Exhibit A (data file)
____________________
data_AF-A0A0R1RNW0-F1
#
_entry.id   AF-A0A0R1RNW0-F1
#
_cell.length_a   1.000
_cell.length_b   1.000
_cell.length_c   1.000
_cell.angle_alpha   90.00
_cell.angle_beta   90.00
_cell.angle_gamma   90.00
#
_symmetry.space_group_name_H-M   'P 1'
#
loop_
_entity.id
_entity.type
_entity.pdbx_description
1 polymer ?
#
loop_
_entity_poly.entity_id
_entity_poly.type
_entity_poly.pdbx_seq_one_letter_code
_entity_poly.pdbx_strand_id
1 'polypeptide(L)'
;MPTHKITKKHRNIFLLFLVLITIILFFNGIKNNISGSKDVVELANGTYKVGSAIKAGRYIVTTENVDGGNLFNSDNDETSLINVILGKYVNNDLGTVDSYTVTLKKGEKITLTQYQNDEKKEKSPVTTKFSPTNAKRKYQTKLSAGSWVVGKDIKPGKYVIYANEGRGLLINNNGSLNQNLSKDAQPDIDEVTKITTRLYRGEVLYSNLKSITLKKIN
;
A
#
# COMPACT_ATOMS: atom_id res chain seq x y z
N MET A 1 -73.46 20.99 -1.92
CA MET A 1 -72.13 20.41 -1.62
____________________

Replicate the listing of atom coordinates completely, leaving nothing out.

data_AF-A0A0R1RNW0-F1
#
_entry.id   AF-A0A0R1RNW0-F1
#
_cell.length_a   1.000
_cell.length_b   1.000
_cell.length_c   1.000
_cell.angle_alpha   90.00
_cell.angle_beta   90.00
_cell.angle_gamma   90.00
#
_symmetry.space_group_name_H-M   'P 1'
#
loop_
_entity.id
_entity.type
_entity.pdbx_description
1 polymer ?
#
loop_
_entity_poly.entity_id
_entity_poly.type
_entity_poly.pdbx_seq_one_letter_code
_entity_poly.pdbx_strand_id
1 'polypeptide(L)'
;MPTHKITKKHRNIFLLFLVLITIILFFNGIKNNISGSKDVVELANGTYKVGSAIKAGRYIVTTENVDGGNLFNSDNDETSLINVILGKYVNNDLGTVDSYTVTLKKGEKITLTQYQNDEKKEKSPVTTKFSPTNAKRKYQTKLSAGSWVVGKDIKPGKYVIYANEGRGLLINNNGSLNQNLSKDAQPDIDEVTKITTRLYRGEVLYSNLKSITLKKIN
;
A
#
# COMPACT_ATOMS: atom_id res chain seq x y z
N MET A 1 -73.46 20.99 -1.92
CA MET A 1 -72.13 20.41 -1.62